The main event of Cameras Beneath the Waves took place on the Sunday with the morning session chaired by Peter Scoones. The first speaker was Peter Rowlands, who outlined various ways of improving underwater photographs. The main improvementg he said, would come from one's attitude to underwater photography. Concentrating on and planning specific shots would help to give consistency while darkroom work can turn average shots into effective slides wither by selective enlarging, colour alteration or sandwiching two images.

Finally, Peter voiced an opinion on the current state of British underwater photography saying that the general standard was higher now than ever before but that there did not seem to be the creative images coming through as there seemed to be in the past. He felt that the creative category had been stifled with the result that we were seeing too many straight-forward marine biology shots with little in the way of artistic exploitation. The solution, he suggested, was to encourage land photographers and artists to sample the underwater medium and to allow more creative images in future photography competitions.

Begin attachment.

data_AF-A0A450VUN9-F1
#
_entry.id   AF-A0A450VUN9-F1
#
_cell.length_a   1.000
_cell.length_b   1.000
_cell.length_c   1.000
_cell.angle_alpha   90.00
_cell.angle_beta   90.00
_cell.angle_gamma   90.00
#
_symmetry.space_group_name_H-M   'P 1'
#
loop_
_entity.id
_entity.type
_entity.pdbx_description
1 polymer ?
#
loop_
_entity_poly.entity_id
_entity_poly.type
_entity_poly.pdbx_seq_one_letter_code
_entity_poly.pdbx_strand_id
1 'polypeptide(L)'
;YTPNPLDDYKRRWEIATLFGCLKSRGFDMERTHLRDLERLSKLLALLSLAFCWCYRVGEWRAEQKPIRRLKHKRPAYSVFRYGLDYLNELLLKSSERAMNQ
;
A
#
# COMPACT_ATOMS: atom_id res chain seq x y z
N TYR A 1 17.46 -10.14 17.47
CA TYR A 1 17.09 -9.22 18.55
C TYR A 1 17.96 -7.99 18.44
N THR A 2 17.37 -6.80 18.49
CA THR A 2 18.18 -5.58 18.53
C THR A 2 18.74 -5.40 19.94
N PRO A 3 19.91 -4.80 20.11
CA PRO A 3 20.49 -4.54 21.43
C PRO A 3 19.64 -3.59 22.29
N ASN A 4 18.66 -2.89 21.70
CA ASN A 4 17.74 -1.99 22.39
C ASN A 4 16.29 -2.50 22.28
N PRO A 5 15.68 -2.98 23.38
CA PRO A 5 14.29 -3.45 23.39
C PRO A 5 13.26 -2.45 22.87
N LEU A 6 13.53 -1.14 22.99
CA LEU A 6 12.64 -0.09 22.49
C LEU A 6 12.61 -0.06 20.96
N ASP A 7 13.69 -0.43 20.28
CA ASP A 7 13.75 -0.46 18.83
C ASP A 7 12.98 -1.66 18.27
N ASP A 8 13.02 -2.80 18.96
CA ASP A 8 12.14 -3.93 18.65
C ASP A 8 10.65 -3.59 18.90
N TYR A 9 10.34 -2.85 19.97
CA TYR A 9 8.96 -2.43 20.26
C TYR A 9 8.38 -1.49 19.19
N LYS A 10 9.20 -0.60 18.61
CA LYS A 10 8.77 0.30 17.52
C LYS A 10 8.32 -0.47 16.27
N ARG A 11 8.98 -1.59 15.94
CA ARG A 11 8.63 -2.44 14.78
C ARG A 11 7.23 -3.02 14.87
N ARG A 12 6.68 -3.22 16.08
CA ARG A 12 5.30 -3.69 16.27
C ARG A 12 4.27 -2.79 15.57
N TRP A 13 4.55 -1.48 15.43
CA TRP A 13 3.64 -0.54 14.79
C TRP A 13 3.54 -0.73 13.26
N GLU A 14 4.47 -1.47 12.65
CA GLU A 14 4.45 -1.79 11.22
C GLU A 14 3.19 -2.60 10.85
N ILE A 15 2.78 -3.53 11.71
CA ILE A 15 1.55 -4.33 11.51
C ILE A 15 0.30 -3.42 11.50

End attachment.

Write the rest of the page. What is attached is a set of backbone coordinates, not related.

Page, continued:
David George then followed with a talk on Underwater Photography of Marine Life. He described the simple close-up equipment that most marine biologists use to take record shots and discussed the need for composition to lift an ordinary shot into a pleasing image which still communicates marine information. He showed how various angles of approach produce differing results and how cropping unwanted areas can improve effects by concentrating on the important areas. Not restricted to close-up, David showed wide-angle shots which are not as widely used in the marine identification world.